With journalists continuing to battle high inflation in the cost of living crisis, the NUJ believes radical change is required to the BBC funding mechanism for the LDR scheme and its stipulated minimum pay rates and for all participating publishers to ensure public money is not used to boost their financial bottom line. Currently, contract terms mean publishers are required only to pay the appropriate minimum salary and pass on the 1.5% annual increase in funding they receive to their LDRs – irrespective of how high inflation is. Some LDR employers do give rises above the requirement, but others have steadfastly refused to do so.

The NUJ believes that even after paying wages and usual business expenses such as employer National Insurance and pension contributions, businesses can still have a surplus of up to £10,000 from the minimum salaries they are required to pay.

Even with successive years of high inflation no changes have been made to this percentage uplift, added the NUJ, leading to a loss of talented journalists who cannot afford to remain in the jobs they love. Attrition rates show 28 per cent of LDRs leaving posts in 2022-2023, and almost a third (31%) in the 11 months to February this year. The attrition rate hit 41% in 2021-22, although this may have been affected by the scheme retendering process that took place for the LDR contracts in those 12 months.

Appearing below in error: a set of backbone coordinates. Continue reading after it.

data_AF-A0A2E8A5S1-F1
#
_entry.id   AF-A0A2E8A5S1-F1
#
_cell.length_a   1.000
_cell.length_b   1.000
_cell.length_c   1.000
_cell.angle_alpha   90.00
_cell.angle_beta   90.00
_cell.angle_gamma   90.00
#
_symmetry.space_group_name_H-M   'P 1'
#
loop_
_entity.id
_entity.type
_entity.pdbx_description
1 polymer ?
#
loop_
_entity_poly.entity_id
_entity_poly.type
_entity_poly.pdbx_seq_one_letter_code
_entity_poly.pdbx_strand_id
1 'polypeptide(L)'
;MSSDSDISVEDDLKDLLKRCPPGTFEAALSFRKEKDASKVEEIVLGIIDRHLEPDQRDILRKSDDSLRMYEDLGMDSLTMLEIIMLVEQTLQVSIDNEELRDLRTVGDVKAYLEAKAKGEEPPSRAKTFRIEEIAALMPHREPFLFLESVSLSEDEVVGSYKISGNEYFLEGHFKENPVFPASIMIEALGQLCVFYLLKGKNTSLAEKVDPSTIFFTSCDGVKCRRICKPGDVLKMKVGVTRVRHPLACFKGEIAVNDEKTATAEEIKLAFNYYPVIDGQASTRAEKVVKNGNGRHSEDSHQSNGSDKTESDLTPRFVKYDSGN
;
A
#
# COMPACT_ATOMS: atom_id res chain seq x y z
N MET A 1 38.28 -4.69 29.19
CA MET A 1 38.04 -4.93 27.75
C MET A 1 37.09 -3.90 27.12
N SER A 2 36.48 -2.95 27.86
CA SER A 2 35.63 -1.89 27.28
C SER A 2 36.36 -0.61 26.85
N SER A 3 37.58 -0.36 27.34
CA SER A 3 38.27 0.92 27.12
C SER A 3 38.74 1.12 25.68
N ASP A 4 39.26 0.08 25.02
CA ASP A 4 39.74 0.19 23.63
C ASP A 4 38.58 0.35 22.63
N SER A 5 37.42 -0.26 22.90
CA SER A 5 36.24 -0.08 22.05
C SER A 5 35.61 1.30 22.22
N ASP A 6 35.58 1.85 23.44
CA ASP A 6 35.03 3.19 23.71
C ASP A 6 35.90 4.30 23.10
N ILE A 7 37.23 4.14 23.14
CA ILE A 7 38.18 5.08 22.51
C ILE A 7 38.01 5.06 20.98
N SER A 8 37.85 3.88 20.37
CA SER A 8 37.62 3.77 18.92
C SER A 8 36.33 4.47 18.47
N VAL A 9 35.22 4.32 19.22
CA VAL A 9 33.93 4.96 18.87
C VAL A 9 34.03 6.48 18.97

The NUJ is calling on the BBC to review and increase the uplift to ensure journalists are fairly remunerated.

Although funding provided by the BBC is required for use on LDRs, contracts do not stipulate how pay is distributed to reporters leading to a moral failure by some publishers, added the NUJ. Last year, the NUJ strongly condemned Newsquest’s decision to retain surplus funding of up to £10,000 per LDR post into company coffers. Presented with robust evidence, the publisher explained its headroom costs as "business costs" citing an “Employer tax” in addition to national insurance costs the NUJ had already considered in calculations. In 2023-4, the NUJ calculates that the BBC funding paid to publishers per LDR role is £37,733 outside London and £39,953 in the capital (based on the 1.5% uplift from 2022-3 as shown in the FoI answers).